Numbers tell the story of port needs

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As Chris Allen warms to the topic of global port infrastructure needs for the booming cruise sector in the era of “megaships,” he uses a few numbers to illustrate.

Industry wide, “in 2017 there are 41 cruise ships bigger than 125,000 gross registered tons, bigger than our Voyager-class,” says Royal Caribbean’s vice president of deployment and itinerary planning. “By 2025 that number should double.”

Those 41 ships are nearly twice the number in 2013 – then 23. And today on average they can accommodate more than 4,000 passengers.

“In addition to the ships’ size getting bigger, the absolute capacity coming in is growing at a faster rate,” Allen continues. “Over the last six years the industry grew at about 3.8 percent in terms of the compounded annual growth rate. Going forward for the next six years it’ll be over 6 percent. Not quite doubling, but getting close to that.

“So where do we put the ships,” he asks, rhetorically. “How do we add the infrastructure for that?”

He knows the answers, as does Capt. Emmanouil Alevropoulos, RCL director of global nautical operations and port infrastructure.

“The captains say, ‘The ships become bigger, the ports remain the same,’” Alevropoulos says of the ongoing challenge. “The ports are starting to realize that if they want business with the large cruise ships, they really need to invest in making this possible.”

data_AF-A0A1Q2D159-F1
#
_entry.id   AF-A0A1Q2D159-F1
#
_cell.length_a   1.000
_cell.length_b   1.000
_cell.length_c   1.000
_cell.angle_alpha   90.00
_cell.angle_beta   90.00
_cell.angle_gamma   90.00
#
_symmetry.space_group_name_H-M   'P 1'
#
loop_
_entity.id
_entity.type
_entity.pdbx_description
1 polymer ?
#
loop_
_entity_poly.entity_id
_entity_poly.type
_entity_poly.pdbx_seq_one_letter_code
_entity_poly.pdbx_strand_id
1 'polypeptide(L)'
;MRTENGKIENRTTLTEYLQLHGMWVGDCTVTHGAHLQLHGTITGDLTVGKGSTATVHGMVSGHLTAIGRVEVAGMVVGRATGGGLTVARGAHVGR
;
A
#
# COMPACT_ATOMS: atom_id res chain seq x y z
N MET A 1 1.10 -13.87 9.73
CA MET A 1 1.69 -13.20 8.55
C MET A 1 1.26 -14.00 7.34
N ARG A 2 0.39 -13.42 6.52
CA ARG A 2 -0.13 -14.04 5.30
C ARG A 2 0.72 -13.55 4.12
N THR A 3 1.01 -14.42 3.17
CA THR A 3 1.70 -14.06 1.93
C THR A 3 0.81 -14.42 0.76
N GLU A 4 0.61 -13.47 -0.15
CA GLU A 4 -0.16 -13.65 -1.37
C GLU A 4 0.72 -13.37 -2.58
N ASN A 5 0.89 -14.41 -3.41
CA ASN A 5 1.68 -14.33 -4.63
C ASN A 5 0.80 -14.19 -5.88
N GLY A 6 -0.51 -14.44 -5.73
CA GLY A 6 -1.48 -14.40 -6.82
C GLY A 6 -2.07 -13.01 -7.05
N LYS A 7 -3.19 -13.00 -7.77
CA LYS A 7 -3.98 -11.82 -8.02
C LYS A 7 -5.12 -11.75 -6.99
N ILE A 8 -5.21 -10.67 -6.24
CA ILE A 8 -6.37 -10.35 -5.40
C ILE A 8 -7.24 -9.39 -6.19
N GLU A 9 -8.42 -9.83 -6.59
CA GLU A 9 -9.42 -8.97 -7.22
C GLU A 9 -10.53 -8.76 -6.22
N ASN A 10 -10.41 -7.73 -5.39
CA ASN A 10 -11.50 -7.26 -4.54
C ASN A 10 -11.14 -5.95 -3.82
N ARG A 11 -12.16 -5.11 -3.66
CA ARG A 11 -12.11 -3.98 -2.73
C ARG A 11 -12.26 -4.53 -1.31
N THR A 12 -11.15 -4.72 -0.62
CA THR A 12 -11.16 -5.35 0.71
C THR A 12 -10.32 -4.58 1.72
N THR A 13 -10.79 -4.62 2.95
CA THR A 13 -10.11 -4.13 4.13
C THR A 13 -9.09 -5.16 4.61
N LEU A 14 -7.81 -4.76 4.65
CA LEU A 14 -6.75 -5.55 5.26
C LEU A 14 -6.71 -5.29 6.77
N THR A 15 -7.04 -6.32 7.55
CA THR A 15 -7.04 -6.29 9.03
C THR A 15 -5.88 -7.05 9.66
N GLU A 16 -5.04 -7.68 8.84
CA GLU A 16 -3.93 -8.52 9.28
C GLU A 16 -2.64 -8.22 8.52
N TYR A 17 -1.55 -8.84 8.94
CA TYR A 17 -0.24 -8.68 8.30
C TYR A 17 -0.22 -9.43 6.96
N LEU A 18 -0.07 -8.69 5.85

But some ports can’t handle the load on their own.

“Not many ports in the Caribbean are capable of receiving our Oasis-class, for example,” he explains, referring to the largest in the world. “It is not easy for an island to be able to invest all of this money to make their port capable. That’s why we go sometimes with other investors.”

“Over the past decade, about 100 different ports made investments in improvements to expand infrastructure, bigger ships or just to accommodate ships in general,” Allen says. “And we get involved and we make investments in many ports around the world, and we do it in all sorts of manners, from the small investment to add a tendering pier at a South Pacific island, to the building of Terminal A here in PortMiami.”

Often the need for infrastructure improvements doesn’t stop at the shore and also requires upland development.

“You’ve got to look at the people movement, the tours that are available, all the guest-facing items once the guests get off the ship,” Allen says. “It’s one thing to bring the ship there, but then it’s critical that the guest experience be up to our standards.”